Dilution of Value Book versus Market Values

We now examine dilution of value by looking at some accounting numbers. We do this to illustrate a fallacy concerning dilution; we do not mean to suggest that accounting value dilution is more important than market value dilution. As we illustrate, quite the reverse is true.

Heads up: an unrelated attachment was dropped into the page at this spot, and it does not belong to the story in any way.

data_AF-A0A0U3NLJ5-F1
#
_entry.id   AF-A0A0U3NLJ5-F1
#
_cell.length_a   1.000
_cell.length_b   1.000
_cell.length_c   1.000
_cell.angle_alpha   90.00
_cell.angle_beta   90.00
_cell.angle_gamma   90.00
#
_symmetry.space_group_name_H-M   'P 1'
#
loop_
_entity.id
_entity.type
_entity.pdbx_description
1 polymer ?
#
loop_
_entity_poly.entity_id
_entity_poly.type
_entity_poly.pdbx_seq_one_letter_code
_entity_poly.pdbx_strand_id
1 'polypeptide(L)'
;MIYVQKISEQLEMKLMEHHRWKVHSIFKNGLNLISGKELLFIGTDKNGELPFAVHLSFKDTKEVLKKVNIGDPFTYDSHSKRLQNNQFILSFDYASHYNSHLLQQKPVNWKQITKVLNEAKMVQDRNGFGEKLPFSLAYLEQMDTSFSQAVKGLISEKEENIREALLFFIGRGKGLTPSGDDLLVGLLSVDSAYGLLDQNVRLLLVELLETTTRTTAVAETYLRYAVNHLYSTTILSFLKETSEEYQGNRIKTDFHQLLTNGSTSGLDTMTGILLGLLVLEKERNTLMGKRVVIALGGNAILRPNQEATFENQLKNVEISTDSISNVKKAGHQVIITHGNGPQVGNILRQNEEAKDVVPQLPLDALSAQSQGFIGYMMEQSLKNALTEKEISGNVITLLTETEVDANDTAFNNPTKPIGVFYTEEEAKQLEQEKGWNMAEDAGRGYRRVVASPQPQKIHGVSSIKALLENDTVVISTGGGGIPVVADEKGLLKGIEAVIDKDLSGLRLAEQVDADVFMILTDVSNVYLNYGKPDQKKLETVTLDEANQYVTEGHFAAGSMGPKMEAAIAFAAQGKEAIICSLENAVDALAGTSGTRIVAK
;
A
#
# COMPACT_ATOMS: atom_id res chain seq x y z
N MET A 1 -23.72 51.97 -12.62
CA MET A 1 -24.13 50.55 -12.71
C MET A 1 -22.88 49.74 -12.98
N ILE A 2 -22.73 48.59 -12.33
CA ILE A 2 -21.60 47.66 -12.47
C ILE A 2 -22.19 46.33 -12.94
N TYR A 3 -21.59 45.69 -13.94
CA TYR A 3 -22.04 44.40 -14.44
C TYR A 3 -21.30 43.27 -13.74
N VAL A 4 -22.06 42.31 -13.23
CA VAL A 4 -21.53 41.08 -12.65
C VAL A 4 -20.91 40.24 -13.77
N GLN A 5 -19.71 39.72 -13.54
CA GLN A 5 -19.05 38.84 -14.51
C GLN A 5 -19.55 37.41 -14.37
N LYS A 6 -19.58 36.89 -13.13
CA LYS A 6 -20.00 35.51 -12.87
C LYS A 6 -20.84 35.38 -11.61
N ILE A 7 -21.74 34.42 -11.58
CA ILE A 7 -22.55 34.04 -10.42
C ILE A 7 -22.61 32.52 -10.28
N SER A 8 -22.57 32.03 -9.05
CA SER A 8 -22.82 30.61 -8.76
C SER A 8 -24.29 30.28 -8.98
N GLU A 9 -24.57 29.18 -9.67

Suppose Upper States Manufacturing (USM) wants to build a new electricity-generating plant to meet future anticipated demands. As shown in Table 16.11, USM currently has one million shares outstanding and no debt. Each share is selling for $5, and the company has a $5 million market value. USM's book value is $10 million total, or $10 per share.

© The McGraw-Hill Companies, 2002

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